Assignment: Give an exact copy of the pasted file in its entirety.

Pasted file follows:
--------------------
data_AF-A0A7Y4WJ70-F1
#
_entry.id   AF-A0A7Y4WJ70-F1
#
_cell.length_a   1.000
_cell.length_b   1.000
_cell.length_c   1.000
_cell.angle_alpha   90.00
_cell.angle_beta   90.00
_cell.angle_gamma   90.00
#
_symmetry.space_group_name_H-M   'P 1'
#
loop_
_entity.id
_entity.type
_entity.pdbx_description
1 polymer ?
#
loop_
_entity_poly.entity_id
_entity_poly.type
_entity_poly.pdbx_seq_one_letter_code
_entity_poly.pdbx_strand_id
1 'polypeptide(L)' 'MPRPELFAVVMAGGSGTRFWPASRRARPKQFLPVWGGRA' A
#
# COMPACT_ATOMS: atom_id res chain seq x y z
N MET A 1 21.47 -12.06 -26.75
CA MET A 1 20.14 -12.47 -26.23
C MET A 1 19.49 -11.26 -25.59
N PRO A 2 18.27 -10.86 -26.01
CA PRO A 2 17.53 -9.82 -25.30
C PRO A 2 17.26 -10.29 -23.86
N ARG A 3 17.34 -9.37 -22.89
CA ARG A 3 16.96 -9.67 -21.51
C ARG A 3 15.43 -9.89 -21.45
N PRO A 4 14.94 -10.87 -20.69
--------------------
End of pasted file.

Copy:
data_AF-A0A7Y4WJ70-F1
#
_entry.id   AF-A0A7Y4WJ70-F1
#
_cell.length_a   1.000
_cell.length_b   1.000
_cell.length_c   1.000
_cell.angle_alpha   90.00
_cell.angle_beta   90.00
_cell.angle_gamma   90.00
#
_symmetry.space_group_name_H-M   'P 1'
#
loop_
_entity.id
_entity.type
_entity.pdbx_description
1 polymer ?
#
loop_
_entity_poly.entity_id
_entity_poly.type
_entity_poly.pdbx_seq_one_letter_code
_entity_poly.pdbx_strand_id
1 'polypeptide(L)' 'MPRPELFAVVMAGGSGTRFWPASRRARPKQFLPVWGGRA' A
#
# COMPACT_ATOMS: atom_id res chain seq x y z
N MET A 1 21.47 -12.06 -26.75
CA MET A 1 20.14 -12.47 -26.23
C MET A 1 19.49 -11.26 -25.59
N PRO A 2 18.27 -10.86 -26.01
CA PRO A 2 17.53 -9.82 -25.30
C PRO A 2 17.26 -10.29 -23.86
N ARG A 3 17.34 -9.37 -22.89
CA ARG A 3 16.96 -9.67 -21.51
C ARG A 3 15.43 -9.89 -21.45
N PRO A 4 14.94 -10.87 -20.69